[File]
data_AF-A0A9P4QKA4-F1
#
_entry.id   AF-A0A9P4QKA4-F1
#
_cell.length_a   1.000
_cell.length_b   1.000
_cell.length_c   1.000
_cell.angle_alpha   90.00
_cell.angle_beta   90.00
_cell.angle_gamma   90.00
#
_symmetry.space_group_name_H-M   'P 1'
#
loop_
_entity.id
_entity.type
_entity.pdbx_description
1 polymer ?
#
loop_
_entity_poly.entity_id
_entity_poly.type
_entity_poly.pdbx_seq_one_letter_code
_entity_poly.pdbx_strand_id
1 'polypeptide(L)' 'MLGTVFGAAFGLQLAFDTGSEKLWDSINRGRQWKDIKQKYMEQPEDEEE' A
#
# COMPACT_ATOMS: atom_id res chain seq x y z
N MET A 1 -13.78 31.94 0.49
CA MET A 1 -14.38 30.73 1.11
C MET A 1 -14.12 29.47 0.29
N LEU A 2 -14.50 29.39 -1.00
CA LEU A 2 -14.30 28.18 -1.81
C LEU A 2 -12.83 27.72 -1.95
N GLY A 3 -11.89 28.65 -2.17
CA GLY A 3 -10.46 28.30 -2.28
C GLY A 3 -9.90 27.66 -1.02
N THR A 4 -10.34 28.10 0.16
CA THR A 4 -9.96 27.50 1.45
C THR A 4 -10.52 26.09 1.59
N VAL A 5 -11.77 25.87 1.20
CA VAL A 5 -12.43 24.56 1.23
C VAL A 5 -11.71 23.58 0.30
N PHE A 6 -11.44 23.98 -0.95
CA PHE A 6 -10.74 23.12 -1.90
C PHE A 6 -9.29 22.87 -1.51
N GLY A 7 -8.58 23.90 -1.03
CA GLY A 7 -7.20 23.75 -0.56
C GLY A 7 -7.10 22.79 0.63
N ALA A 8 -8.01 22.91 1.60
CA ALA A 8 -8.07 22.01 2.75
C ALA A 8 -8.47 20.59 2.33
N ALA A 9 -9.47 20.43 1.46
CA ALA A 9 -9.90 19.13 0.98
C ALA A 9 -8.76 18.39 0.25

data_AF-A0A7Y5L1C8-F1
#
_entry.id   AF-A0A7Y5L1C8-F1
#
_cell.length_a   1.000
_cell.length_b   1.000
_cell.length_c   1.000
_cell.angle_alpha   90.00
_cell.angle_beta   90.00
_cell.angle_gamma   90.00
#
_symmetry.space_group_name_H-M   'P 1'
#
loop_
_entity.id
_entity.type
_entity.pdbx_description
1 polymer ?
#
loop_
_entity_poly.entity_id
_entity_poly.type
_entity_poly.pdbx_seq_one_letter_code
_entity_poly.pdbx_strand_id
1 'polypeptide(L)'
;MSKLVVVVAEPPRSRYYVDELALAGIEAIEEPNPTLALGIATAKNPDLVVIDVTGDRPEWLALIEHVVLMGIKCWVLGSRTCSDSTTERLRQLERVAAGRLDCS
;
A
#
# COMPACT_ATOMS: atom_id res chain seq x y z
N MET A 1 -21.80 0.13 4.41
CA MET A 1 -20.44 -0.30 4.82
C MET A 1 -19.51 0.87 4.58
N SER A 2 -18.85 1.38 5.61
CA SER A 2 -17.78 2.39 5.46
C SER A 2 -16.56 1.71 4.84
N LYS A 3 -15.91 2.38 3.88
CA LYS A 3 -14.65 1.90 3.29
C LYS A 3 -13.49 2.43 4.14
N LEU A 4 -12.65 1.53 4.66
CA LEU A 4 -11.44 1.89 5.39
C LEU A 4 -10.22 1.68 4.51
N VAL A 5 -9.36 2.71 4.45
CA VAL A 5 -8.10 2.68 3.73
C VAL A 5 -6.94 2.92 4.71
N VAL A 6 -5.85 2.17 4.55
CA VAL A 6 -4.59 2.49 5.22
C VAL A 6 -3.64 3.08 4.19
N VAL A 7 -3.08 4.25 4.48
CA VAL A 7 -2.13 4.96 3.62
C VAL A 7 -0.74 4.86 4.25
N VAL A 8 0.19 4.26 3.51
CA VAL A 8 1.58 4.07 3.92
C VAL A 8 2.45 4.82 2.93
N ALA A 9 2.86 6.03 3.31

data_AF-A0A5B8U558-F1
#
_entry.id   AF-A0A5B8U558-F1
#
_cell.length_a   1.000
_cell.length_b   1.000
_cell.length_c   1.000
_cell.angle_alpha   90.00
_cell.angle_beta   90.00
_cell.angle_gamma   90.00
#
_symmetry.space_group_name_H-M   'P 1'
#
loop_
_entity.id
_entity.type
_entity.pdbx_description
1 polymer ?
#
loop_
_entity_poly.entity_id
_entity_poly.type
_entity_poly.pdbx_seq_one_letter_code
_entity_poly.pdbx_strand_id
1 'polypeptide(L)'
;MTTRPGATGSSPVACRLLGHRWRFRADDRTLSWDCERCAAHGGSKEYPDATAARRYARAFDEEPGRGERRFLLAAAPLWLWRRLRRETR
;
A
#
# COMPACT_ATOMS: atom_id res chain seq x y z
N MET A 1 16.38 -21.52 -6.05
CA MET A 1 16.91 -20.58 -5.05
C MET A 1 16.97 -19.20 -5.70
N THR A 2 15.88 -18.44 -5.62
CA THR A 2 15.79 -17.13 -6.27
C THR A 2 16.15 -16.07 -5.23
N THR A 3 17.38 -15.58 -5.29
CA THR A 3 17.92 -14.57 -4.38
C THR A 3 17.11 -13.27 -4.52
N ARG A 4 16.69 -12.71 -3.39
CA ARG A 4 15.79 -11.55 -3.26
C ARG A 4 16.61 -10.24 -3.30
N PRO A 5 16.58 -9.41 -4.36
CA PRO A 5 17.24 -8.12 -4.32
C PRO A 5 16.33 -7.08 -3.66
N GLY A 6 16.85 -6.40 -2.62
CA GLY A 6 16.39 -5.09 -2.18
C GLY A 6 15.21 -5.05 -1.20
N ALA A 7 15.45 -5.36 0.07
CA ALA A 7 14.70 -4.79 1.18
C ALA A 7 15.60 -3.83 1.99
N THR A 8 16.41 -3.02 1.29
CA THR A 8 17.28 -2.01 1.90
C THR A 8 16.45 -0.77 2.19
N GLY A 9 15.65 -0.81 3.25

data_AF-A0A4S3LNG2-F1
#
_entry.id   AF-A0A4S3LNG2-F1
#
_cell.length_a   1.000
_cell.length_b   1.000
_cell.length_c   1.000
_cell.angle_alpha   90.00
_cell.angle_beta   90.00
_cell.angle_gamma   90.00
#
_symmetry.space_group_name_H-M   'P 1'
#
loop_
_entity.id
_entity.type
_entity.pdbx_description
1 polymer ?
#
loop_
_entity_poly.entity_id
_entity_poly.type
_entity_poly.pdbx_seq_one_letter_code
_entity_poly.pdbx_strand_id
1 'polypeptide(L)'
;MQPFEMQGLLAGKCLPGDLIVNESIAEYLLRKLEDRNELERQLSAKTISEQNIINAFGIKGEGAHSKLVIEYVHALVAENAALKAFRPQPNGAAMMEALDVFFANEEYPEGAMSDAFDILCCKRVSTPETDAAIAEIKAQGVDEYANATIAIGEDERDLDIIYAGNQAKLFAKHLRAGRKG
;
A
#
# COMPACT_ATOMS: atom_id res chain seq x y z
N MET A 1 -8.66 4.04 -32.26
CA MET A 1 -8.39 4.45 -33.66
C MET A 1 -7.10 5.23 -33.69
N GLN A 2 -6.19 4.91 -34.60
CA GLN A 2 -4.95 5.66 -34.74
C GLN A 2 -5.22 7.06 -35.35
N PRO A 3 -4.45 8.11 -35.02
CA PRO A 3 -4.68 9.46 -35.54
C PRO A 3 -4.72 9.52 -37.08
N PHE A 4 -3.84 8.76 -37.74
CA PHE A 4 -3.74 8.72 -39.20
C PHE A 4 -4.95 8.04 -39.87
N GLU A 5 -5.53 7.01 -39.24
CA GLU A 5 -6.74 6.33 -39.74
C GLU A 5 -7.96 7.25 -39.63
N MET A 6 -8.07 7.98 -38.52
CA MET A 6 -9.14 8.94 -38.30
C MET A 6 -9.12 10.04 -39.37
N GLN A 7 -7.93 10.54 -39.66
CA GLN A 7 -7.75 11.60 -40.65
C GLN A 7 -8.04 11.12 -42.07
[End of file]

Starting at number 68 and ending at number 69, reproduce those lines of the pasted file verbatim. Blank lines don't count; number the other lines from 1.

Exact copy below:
loop_
_entity.id